Mike starts off seeming very much like a guy who’s got it all together: he’s like a big brother figure at the club, diligent and organised behind the scenes, surely the perfect person to take young, aimless Adam under his wing? But of course no: Mike wants a different life, but he’s got too much inertia to change his way of getting there. He seems to think if he just earns enough cash the problems at the bank will disappear; if he just keeps saying he wants to go to Miami, he’ll want to go; if he just keeps on meeting up with Joanna it might become something more. It’s not until grindingly late in the movie that Brooke tells him in no uncertain terms that he can’t expect to stay on that track forever and Mike develops a flutter of self-awareness.
Meanwhile, Adam takes to his new job with the predictable enthusiasm of a nineteen-year-old, ends up involved in drugs, is a smug little prick about everything, blah blah, Brooke finds him in a pile of his own vomit, the mob want their money back, oops, there goes $10,000 of Mike’s savings. When all this predictably unfurled, I found myself continually thinking of Les Intouchables. There’s that whole sub-plot about the Fabergé egg, and I remember worrying when it would come back to ruin Phillippe and Driss’ relationship, if Driss would have to try and track it down, all that stuff. But it doesn’t. It goes, and that’s it. That is a movie where people drift apart, not a movie about conflict with the standard arc of narrative. It was so refreshing in that respect (I mean, yes it is a blatant example of the Magical Negro trope still), and I just wonder whether Magic Mike really needed Adam’s predictably berkish behaviour in order to tell its story. Arguably, that’s just Adam’s character, but the narrative decision to have him leave $10,000 worth of ecstasy behind wasn’t really anything rooted in character. I suppose this seems like a really weird, specific gripe, but having found a few films that I adore that just quietly do character studies, without the usual crescendo of tension found in so many narratives based in conflict, I’ve been kind of spoiled. If Magic Mike really wanted to do something different it could have done. But it doesn’t.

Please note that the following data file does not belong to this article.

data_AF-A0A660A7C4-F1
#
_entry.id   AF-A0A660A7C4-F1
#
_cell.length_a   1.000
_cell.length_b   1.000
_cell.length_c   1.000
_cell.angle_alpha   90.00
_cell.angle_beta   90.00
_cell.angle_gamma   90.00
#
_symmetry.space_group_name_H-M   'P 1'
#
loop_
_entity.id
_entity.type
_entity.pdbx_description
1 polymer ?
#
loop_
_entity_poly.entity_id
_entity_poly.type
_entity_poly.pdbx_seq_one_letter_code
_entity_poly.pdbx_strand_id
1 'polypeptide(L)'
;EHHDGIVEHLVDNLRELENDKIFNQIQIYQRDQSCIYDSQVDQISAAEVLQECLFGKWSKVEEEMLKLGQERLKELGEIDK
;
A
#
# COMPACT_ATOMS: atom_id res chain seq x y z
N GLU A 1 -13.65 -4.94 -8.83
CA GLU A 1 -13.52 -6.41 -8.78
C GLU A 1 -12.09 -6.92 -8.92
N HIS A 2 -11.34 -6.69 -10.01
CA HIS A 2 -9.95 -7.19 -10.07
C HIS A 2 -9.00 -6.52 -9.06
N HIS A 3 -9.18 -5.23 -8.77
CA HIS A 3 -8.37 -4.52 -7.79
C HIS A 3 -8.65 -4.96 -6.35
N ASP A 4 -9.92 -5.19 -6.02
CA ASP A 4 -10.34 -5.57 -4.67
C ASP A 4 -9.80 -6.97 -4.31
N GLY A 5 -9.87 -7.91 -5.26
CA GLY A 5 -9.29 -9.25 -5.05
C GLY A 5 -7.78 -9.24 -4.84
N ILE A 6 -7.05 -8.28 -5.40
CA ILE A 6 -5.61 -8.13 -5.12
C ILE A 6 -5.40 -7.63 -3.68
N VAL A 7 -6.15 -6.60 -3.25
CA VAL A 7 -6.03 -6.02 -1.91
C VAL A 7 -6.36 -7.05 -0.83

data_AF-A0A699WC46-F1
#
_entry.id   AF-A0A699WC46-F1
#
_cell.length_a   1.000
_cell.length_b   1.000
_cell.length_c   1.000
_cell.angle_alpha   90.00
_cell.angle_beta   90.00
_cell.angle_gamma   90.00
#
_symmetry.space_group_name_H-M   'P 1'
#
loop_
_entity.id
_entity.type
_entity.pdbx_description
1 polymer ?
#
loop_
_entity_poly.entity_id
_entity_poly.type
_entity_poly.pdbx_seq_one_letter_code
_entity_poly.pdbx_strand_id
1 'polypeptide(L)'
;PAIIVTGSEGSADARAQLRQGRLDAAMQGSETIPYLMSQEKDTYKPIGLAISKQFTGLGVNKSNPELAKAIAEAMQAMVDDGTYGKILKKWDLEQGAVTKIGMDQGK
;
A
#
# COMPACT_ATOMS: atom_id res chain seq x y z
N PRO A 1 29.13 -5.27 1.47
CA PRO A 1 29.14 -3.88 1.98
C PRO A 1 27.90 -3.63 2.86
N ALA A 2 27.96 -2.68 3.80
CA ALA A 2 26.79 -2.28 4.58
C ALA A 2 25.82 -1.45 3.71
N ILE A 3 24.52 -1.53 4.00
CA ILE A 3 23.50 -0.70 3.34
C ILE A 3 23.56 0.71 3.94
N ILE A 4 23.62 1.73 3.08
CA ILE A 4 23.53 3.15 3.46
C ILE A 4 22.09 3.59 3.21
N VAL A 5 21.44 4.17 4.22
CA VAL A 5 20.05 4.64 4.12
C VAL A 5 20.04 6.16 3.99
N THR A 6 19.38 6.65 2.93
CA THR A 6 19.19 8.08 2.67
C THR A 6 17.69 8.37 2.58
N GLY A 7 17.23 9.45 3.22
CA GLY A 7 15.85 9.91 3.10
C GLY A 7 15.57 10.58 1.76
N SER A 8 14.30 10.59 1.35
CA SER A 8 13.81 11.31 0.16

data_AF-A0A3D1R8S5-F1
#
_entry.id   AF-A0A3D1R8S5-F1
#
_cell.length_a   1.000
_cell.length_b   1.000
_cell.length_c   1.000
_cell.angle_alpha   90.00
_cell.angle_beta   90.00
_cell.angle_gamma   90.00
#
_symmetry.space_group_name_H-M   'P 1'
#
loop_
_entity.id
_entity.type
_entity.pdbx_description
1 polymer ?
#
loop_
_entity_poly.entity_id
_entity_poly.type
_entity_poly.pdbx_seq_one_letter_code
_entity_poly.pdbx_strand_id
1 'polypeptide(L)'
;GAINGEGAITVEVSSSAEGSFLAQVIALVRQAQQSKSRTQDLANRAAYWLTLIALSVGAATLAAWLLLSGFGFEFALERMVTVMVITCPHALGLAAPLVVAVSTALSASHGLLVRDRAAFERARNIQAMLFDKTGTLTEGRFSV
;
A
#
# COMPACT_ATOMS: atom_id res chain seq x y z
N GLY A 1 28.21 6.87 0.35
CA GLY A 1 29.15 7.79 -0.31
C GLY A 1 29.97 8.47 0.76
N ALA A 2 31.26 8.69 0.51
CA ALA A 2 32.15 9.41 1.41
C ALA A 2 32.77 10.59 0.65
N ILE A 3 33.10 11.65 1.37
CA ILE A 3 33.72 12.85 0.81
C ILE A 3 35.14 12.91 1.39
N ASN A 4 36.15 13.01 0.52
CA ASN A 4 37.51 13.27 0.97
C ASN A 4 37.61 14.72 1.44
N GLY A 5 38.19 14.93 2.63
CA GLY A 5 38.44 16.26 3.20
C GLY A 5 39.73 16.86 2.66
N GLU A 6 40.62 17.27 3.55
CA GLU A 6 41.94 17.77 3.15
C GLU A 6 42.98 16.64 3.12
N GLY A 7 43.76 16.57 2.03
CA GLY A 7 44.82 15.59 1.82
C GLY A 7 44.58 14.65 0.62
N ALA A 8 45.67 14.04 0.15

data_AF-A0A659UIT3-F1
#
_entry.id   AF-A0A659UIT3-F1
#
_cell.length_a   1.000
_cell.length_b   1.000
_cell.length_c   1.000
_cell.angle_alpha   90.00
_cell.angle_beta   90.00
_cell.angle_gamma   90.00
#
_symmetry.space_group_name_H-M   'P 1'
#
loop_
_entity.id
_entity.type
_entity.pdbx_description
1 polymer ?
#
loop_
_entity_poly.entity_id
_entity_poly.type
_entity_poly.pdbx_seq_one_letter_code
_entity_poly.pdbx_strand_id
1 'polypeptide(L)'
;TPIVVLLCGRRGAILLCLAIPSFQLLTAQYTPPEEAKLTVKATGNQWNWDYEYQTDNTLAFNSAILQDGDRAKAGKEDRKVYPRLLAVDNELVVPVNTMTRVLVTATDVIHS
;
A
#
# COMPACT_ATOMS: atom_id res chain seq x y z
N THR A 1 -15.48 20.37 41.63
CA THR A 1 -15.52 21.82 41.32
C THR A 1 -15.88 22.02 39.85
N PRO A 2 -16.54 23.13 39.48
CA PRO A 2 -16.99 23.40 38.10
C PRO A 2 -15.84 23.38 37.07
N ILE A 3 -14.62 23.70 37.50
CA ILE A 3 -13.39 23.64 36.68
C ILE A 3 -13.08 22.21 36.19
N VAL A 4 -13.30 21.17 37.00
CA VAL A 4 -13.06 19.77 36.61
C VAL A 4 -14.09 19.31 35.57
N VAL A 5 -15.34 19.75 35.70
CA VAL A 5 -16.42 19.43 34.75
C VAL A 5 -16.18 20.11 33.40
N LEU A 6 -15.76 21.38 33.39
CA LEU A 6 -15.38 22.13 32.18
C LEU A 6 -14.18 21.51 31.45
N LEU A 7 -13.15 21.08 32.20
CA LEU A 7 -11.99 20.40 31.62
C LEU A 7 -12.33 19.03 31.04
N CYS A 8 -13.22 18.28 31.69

So having found the character arcs somewhat predictable, and finding that I didn’t much like Adam or even Mike all that much, I’m left with the dancing. Everyone’s got their own thing, desire is individual, and I’m not here to kink-shame anyone. But personally, the idea of lying on a gurney on a stage whilst someone thrusts their crotch in my face is really, really not my idea of a turn-on. The dancing is super impressive, the muscles the guys have to be able to dance like that are also impressive, but none of them do it for me. So basically, this whole movie was an exercise in ‘well I guess other people like this because…’ Unsurprisingly, I did quite enjoy Brooke. If the whole thing had been centred on her rather than Mike I might have had more fun. Still, it was a light, generally sweet movie, even if it was predictable and rather unsatisfying at the end.